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North Carolina Dentists Create an Opioid Action Plan

While doctors have been given many guidelines regarding opioid prescriptions, addiction, and recovery, dentists have been left somewhat on their own. Most young people who have dental surgery are given opioids for their recovery. Usually, these surgeries are wisdom-tooth-related. Unwittingly, this exposure at such a young age has dire consequences for some young people, leading to opioid addiction. In North Carolina, dentists have created an action plan to help prevent opioid use among young people.

American dentists typically prescribe 36% more opioids than their British counterparts. North Carolina dentists have created a plan to change this.

Dentists Usually Prescribe Young People's First Opioid

Research has shown that of 15,000 young people, ages 16-25, who received initial opioid prescriptions from their dentists in 2015, nearly 6% went on to abuse opioids. Some young people also get additional opioid medications from other doctors in the next six months to a year. However, it's not clear if they later misused opioids.

Teens with opioid use disorder are at high risk for overdoses. Deadly opioid overdoses amonU.S.S. adolescents 14 to 18 years old rose by 94% between 2019 and 2020. During the pandemic, they spiked even more as thU.S.US supply of drugs became tainted with fentanyl.

What Is In The Dentist's Opioid Action Plan?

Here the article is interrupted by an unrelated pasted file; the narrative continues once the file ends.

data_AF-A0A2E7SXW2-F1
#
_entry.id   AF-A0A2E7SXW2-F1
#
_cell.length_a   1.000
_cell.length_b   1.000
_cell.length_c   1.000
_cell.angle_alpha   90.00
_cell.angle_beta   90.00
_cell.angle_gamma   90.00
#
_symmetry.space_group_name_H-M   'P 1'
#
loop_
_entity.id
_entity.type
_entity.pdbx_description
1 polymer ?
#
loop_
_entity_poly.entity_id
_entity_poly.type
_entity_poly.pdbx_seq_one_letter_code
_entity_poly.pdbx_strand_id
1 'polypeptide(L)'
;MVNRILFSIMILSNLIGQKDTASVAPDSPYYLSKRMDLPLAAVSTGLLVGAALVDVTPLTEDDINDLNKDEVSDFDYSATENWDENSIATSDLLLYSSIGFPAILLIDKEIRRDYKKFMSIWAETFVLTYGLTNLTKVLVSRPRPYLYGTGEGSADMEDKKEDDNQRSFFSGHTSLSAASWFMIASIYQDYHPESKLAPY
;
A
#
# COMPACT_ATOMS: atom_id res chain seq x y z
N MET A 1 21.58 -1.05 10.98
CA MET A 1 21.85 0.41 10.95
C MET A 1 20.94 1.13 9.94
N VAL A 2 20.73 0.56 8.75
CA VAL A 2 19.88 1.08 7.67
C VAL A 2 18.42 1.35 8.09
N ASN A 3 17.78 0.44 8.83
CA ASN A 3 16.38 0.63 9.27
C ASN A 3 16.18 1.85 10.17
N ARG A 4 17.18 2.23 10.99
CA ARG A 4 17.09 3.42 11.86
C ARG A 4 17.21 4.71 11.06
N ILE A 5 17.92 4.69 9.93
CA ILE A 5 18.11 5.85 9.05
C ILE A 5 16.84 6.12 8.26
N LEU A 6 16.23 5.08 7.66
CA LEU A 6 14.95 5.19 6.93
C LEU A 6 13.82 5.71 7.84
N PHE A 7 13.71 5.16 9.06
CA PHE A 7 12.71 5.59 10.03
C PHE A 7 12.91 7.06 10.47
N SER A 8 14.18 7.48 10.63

The opioid action plan's primary focus is better education and options for prescribing dentists. Offering an alternative to opioids for dental procedures is essential. For example, dentists want to start working toward prescribing fewer opioids for wisdom tooth extraction. In addition, for many acute pain situations in dentistry, a combination of non-opioid medications can be used to manage pain. For example, some patients may take both ibuprofen and acetaminophen if the ibuprofen is not adequate.

Longer-term dental pain can also be managed without turning to opioids. Better training can help equip dentists to work on pain management with another professional who can prescribe alternatives to opioids. For example, neurologists can prescribe drugs such as antidepressants to help with nerve pain.

Getting Help with Opioid Use Disorder

If you or somebody you love struggles with opioid use, we're here to help! We can see patients via telehealth in North Carolina and prescribe Medication-Assisted Treatment when appropriate.

Get the help you deserve to reclaim your life! Please call us at 910-295-7246.


If you are in need of help, please call us at: 910-295-7246 or message us.

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